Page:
Why was this happening? Youko desperately searched for an answer. No matter how she thought about it, there was no clue in anything she had heard up to now that explained it.
"Out of the frying pan, into the fire, that was me. We made all the sacrifices during the war and you got to live the easy life! Why is that?"
"I don't know!" Youko shouted back.
A voice asked from the hallway outside the door, "Is there something wrong?"
The old man hurriedly put his finger up to his lips. Youko turned towards the door and said, "I'm sorry, it's nothing."
"There's people here trying to sleep."
"I'll be more quiet after this."
From the other side the door, the sound of footsteps trailed away. Youko sighed. The old man looked at Youko with an amazed expression on his face.
"You understood what he said?"
The language they were speaking, he meant. Youko nodded. "I understood it."
"You was speaking our language!"
"Whose language was I speaking?"
"You was speaking Japanese!"
"But, the man I was speaking to, he understood me."
"So it seems."
Youko had spoken the same language she always spoke, she had heard the same words she always heard. What could account for this strange phenomenon?
The old man's expression softened somewhat. "Fact remains, you're no kaikyaku. Not in the slightest. You not just some ordinary kaikyaku, that's for sure."
The way he said "kaikyaku," it wasn't just the intonation he used, now that Youko had become accustomed to his voice, the way he pronounced the words was a bit different as well.
"How is it that you can understand them words?"
"I don't know."
"Don't know, huh?"
And why had her appearance changed? As she asked herself this question she touched her dyed hair, now hard to the touch. She said, "How are we ever going to get back?"
"I been searching for the same thing. All they say is, can't. That's the only answer."
He gave Youko a dispirited look. "If there was some way to go back, I would've done it a long time ago. Now, even if I did get back somehow, I'd be like old Rip Van Winkle. So . . . miss, where you are headed?"
"No place in particular. Can I ask you something?"
"Did you get arrested when you came here?"
Seizou gave her a wide-eyed look, and then a thoughtful expression. "That's right. They arrest kaikyaku here. Nope, not me. I washed ashore in Kei."
"What? What difference does that make?"
"It's because different kingdoms treat kaikyaku different. I arrived in Kei, got my papers there. Lived there until last year. Then the king died and the whole place went to hell. Living there got to be impossible, so I got out, came here."
Youko recalled the refugees she had seen in the city. "So . . . you can live in Kei without anybody arresting you?"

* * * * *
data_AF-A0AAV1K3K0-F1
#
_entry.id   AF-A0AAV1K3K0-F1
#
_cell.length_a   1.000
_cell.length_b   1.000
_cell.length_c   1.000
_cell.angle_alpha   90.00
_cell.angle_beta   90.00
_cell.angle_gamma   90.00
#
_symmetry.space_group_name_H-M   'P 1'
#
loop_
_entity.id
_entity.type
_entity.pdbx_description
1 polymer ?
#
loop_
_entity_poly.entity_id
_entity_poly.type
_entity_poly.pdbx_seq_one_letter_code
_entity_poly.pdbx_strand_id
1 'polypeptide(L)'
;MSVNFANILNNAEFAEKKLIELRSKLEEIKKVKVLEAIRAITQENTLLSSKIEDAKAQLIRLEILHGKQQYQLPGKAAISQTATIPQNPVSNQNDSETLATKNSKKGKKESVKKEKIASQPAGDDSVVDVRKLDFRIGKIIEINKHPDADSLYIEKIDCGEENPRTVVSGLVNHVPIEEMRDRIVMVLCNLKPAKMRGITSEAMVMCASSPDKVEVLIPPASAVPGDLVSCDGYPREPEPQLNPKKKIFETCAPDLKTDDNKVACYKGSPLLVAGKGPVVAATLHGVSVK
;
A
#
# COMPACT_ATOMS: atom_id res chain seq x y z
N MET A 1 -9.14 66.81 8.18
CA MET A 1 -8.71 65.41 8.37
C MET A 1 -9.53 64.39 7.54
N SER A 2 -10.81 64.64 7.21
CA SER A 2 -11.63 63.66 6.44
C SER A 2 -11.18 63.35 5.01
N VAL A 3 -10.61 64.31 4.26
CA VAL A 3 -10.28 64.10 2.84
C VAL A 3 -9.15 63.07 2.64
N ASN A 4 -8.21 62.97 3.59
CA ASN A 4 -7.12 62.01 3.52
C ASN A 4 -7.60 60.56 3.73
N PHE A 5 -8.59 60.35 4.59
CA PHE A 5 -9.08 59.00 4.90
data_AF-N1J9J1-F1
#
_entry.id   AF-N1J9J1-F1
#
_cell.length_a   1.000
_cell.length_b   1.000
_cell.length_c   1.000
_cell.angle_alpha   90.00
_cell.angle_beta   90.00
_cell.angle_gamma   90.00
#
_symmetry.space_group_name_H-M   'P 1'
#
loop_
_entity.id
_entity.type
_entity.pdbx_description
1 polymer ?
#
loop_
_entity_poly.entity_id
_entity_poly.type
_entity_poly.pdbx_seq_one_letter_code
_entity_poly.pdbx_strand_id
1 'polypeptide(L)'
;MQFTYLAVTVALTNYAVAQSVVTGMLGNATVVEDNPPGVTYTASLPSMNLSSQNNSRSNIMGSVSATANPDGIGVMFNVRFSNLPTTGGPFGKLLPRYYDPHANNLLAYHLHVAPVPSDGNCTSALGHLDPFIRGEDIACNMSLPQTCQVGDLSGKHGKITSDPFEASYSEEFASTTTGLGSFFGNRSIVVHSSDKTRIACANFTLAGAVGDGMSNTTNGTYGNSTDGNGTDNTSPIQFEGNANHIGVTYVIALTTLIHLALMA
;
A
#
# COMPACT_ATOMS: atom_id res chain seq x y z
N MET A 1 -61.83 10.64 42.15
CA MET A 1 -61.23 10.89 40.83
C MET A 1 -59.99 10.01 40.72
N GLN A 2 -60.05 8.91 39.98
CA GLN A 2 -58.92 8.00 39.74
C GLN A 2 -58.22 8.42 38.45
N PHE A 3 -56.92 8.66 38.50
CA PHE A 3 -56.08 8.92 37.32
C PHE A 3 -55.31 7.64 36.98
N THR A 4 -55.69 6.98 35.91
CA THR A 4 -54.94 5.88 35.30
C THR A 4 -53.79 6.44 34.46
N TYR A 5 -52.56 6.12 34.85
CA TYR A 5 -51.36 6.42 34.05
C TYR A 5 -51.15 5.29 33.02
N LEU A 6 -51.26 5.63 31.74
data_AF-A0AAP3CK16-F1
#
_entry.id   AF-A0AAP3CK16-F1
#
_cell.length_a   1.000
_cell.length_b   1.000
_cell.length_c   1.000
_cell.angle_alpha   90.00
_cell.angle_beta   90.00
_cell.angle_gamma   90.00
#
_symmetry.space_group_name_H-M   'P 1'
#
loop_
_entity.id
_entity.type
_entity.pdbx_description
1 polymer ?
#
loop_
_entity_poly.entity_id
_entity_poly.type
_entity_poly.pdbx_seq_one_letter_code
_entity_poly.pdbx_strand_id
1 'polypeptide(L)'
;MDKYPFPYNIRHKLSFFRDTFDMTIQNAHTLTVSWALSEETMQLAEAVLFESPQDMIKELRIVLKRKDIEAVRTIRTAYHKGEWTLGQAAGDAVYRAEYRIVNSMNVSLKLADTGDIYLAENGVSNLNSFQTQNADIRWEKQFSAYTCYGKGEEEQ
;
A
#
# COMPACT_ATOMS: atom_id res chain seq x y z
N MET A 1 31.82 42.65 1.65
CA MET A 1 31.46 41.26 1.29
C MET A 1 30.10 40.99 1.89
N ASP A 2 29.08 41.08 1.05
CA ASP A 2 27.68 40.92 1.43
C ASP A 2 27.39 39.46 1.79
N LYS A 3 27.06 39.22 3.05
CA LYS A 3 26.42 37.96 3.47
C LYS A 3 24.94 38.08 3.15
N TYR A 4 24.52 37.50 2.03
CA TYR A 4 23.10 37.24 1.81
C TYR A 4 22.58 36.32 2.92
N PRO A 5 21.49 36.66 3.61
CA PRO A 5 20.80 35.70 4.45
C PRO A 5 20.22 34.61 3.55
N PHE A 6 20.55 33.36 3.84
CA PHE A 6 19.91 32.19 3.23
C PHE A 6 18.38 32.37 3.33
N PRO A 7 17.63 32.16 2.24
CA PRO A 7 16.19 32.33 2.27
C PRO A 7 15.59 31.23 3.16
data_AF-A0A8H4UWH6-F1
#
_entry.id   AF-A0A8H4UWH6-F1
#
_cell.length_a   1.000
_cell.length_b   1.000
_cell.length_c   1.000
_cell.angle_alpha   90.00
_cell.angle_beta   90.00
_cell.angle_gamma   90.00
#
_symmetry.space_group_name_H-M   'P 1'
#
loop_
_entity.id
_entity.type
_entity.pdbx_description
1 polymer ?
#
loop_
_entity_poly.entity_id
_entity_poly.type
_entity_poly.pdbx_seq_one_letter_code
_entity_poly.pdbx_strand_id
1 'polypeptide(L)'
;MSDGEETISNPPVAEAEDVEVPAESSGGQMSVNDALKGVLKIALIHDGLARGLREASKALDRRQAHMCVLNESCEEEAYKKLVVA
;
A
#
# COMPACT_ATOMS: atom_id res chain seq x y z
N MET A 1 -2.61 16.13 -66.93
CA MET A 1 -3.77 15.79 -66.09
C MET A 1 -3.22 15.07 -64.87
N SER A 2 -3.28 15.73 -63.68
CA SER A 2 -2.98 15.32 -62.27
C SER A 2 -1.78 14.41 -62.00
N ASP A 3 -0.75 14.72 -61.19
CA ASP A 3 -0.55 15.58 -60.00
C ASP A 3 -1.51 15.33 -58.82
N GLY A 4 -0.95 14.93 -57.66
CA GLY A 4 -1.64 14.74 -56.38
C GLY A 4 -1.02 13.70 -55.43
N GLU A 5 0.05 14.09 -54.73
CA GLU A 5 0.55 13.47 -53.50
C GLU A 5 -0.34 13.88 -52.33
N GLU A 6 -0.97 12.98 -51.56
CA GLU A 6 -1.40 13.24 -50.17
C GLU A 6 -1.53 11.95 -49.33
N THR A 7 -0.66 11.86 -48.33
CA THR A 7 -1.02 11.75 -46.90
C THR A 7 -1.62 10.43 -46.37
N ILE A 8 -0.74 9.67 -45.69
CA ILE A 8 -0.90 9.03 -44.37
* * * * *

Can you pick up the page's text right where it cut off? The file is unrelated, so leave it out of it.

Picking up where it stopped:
Seizou nodded. "True enough, but you can't live there now. There's a civil war going on, the whole place is a mess. The town I was living in got attacked by youma and half the people was killed."
"Killed by youma? Not because of the war?"
"When a kingdom goes to hell in a handbasket, that's when the youma show up. And not just youma. Droughts and floods and earthquakes, too. Nothing but bad things happen. So I left there in a hurry."
Youko turned away. So you could live in Kei without people chasing after you all the time. Staying a fugitive in Kou or risking it in Kei, which would be the safer course? She was pondering this when Seizou interrupted her.
"The women, they left a long time ago. Who knows what the king was thinking, but he drove 'em all out of there."
"It's the truth. There was this rumor going around that if there was any women left in Gyouten--that's the capital city--they'd be killed. It wasn't a good place to be anymore and most people I knew got out while the getting was good. You don't want to be anywhere near it. It's a hornet's nest of youma. At one time, lots of people was trying to leave, but that's died down recently. They been closing down the borders."
"So that's the way it is," Youko muttered.
Seizou snorted derisively. "I don't know a thing about Japan without asking, but I go on telling you about what goes on here. Looks like I'm becoming one of them, after all."
"You surely don't mean that."
Seizou held up his hand. "Compared to Kei, Kou is a much better place. But, let on that you're kaikyaku and they slap you in irons. Better or no, not much you can do in either case."
"But I . . . . "
Seizou laughed. When he laughed it almost sounded like he was weeping. "I know, I know. It's not your fault. I know, but it still stings. No need to take it out on you. You having to stay on the lam, that's got to be tough, too."
Youko only shook her head.
"I got to get back to my job. Breakfast to get ready. You take care, wherever you're going, okay?"
With that he slipped out of the room and was gone.
Youko was about to call him back, but stopped herself. "Goodnight," was all she said.